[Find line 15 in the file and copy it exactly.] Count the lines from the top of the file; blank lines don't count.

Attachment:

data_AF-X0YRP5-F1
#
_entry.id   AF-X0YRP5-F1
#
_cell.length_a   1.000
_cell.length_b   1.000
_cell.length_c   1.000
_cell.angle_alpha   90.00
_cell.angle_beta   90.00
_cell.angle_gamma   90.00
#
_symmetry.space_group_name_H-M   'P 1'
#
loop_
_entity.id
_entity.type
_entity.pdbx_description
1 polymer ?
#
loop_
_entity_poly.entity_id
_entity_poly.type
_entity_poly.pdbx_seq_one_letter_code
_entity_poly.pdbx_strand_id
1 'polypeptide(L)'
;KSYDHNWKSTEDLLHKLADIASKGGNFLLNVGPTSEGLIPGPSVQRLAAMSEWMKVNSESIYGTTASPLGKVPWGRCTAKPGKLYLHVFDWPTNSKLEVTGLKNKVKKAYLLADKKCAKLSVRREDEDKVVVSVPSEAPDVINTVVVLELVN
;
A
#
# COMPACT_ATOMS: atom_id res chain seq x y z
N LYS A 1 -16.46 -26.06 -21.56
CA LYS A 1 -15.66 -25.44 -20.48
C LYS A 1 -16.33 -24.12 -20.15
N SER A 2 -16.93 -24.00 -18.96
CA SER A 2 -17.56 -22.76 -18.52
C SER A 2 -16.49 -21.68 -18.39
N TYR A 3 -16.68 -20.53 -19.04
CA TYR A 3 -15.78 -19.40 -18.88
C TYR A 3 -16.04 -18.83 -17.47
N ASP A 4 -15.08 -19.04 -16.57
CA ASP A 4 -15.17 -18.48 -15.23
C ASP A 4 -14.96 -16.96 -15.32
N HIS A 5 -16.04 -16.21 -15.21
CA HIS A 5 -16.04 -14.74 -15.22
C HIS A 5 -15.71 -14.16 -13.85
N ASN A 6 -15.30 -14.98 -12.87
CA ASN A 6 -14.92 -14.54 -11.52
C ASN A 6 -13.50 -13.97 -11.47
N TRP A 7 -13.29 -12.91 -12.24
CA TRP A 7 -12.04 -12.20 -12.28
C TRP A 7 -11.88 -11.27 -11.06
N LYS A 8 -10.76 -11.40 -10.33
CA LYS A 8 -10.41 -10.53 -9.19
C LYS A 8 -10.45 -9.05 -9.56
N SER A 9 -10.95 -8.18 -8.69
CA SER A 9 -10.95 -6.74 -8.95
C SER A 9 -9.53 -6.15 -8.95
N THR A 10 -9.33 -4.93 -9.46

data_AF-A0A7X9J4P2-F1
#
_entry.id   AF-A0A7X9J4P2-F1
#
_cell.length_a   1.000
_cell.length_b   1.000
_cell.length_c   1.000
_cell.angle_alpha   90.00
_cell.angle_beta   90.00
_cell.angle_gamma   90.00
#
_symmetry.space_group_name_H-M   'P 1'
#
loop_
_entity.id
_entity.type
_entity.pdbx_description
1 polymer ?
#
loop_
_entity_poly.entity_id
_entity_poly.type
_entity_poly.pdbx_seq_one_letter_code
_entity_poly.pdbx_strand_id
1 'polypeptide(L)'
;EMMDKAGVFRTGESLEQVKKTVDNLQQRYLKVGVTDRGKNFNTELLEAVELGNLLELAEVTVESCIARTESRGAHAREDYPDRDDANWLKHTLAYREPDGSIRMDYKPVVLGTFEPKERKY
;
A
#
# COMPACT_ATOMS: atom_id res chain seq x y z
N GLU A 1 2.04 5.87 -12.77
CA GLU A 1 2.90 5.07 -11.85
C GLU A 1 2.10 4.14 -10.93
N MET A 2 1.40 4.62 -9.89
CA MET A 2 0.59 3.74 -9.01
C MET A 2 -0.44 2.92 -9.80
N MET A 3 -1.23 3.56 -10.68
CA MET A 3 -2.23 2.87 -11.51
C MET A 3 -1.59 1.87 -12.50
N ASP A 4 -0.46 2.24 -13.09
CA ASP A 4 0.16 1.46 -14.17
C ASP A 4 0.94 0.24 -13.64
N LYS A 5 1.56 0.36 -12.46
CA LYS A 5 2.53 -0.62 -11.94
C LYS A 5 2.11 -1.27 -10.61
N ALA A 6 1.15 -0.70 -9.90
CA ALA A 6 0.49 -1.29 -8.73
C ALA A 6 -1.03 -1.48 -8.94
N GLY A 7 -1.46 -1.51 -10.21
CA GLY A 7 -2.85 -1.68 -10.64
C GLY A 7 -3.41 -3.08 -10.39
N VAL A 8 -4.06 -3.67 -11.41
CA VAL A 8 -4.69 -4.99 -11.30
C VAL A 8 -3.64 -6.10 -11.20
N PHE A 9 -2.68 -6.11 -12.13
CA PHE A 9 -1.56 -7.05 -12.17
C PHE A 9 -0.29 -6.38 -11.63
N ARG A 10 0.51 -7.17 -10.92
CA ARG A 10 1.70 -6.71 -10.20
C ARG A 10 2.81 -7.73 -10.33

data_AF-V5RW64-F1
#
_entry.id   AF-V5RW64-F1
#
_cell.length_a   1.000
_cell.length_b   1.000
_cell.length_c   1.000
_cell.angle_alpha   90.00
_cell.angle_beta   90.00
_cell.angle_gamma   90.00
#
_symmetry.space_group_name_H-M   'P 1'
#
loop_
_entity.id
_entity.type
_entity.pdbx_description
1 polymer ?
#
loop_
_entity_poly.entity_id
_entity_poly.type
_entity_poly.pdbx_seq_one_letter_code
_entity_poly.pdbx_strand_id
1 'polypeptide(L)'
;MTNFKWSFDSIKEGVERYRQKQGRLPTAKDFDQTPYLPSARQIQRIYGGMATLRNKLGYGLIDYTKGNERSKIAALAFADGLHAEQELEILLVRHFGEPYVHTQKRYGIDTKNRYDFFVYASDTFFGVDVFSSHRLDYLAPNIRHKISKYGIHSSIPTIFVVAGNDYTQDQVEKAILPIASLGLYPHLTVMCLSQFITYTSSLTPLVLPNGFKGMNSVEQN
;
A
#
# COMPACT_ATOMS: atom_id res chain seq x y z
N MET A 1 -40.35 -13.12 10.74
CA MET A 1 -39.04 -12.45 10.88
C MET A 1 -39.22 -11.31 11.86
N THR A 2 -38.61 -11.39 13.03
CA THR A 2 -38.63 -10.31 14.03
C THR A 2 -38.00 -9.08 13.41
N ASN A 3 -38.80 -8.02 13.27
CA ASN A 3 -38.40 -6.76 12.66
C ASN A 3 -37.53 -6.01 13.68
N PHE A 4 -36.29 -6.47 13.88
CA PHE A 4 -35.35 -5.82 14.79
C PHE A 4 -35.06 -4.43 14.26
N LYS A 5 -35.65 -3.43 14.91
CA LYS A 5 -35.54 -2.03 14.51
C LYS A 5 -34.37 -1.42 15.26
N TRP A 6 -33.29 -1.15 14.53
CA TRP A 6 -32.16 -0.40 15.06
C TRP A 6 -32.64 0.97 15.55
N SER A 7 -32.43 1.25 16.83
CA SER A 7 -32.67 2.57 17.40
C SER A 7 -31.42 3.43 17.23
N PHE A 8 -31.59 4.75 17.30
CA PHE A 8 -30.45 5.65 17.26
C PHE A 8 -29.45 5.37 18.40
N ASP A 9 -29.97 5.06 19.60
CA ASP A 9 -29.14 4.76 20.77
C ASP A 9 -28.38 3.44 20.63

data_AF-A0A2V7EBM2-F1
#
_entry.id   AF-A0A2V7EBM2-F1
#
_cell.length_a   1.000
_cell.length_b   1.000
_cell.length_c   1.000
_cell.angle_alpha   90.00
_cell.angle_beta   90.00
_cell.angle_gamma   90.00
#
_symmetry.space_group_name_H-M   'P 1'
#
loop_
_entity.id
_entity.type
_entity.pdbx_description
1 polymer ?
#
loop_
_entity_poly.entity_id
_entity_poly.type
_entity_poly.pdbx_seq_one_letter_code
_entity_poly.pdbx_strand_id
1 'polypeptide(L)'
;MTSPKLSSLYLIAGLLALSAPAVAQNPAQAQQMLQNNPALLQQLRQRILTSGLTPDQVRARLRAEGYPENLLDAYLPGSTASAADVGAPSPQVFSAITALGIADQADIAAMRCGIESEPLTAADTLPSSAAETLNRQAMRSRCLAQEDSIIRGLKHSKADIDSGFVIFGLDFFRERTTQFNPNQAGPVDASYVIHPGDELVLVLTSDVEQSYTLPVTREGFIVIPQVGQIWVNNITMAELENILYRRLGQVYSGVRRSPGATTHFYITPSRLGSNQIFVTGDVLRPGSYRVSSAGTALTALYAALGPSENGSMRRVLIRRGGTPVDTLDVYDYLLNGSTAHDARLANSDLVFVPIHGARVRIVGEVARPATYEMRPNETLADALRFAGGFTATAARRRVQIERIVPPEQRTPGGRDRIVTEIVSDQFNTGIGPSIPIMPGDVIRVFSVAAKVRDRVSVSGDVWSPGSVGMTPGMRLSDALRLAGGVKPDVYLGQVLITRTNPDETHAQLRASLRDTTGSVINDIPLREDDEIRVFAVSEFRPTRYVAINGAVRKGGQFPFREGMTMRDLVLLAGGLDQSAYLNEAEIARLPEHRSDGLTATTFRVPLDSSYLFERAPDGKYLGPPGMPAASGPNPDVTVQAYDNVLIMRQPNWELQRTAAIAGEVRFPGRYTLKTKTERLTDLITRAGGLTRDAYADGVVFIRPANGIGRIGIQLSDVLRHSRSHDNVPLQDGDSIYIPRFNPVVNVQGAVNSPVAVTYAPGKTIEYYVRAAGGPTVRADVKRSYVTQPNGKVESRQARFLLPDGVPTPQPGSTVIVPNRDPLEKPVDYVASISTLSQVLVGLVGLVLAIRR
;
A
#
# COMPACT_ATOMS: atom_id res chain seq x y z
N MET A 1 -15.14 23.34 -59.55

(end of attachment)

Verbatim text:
_entity.id